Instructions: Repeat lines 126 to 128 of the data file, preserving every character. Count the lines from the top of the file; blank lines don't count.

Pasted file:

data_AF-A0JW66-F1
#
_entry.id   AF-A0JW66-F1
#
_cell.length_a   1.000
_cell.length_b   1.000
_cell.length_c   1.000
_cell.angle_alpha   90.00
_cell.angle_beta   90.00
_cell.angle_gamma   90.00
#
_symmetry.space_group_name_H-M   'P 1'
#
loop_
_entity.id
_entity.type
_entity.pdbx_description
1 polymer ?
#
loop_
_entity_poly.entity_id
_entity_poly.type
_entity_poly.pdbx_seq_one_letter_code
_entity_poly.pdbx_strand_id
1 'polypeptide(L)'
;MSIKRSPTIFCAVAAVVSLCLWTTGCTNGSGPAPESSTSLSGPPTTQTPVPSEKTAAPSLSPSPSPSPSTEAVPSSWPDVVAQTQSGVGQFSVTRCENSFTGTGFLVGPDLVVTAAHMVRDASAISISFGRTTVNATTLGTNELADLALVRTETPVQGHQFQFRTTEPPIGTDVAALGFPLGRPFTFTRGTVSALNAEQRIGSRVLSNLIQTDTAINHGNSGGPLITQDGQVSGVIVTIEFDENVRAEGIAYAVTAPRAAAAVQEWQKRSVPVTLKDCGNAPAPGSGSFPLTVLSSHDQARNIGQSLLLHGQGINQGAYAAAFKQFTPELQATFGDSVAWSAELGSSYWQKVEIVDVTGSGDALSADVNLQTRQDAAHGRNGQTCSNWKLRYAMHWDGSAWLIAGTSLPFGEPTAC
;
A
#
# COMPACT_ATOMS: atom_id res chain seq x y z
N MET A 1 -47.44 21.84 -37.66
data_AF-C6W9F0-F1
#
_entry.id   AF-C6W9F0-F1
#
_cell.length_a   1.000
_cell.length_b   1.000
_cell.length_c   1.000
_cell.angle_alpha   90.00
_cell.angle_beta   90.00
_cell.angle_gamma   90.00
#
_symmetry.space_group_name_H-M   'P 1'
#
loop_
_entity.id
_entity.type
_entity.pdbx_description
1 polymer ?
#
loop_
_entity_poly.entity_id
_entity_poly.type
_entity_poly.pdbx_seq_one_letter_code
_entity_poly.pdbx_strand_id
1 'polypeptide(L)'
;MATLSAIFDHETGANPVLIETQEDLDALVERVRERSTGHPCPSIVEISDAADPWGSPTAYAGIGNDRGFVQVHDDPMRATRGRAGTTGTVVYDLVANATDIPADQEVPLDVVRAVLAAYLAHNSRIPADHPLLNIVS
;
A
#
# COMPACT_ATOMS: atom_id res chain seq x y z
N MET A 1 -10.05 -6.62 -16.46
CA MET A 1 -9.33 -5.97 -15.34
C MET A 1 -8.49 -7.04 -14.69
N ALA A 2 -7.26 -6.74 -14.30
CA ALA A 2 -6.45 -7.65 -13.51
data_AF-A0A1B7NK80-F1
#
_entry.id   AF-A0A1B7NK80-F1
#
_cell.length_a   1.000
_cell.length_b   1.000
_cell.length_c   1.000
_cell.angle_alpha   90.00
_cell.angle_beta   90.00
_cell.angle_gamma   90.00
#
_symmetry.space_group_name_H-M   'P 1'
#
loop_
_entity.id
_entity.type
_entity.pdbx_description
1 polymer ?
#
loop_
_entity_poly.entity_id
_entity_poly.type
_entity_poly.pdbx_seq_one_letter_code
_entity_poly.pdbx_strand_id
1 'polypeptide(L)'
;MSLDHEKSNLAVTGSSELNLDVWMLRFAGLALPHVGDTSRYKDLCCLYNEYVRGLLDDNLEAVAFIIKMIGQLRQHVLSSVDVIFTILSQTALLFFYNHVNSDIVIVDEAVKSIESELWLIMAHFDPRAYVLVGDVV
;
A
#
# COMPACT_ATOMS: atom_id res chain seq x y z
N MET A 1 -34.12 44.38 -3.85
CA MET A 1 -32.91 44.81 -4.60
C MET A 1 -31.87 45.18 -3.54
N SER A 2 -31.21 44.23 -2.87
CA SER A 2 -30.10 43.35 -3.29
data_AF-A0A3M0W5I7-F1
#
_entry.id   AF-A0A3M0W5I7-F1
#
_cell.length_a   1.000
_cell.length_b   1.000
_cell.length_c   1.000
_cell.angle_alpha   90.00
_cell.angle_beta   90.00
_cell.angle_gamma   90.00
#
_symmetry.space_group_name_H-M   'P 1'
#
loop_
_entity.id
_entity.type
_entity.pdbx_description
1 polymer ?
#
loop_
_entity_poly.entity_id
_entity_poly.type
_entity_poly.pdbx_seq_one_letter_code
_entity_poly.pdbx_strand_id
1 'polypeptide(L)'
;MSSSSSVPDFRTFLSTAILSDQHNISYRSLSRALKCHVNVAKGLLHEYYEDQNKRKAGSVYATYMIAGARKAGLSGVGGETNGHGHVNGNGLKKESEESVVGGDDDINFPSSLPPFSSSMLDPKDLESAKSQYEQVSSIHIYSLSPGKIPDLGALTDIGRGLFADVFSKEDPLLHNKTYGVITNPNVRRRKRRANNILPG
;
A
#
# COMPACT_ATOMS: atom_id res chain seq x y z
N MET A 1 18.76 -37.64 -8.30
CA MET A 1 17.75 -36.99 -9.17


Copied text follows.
1 'polypeptide(L)'
;MSSSSSVPDFRTFLSTAILSDQHNISYRSLSRALKCHVNVAKGLLHEYYEDQNKRKAGSVYATYMIAGARKAGLSGVGGETNGHGHVNGNGLKKESEESVVGGDDDINFPSSLPPFSSSMLDPKDLESAKSQYEQVSSIHIYSLSPGKIPDLGALTDIGRGLFADVFSKEDPLLHNKTYGVITNPNVRRRKRRANNILPG
;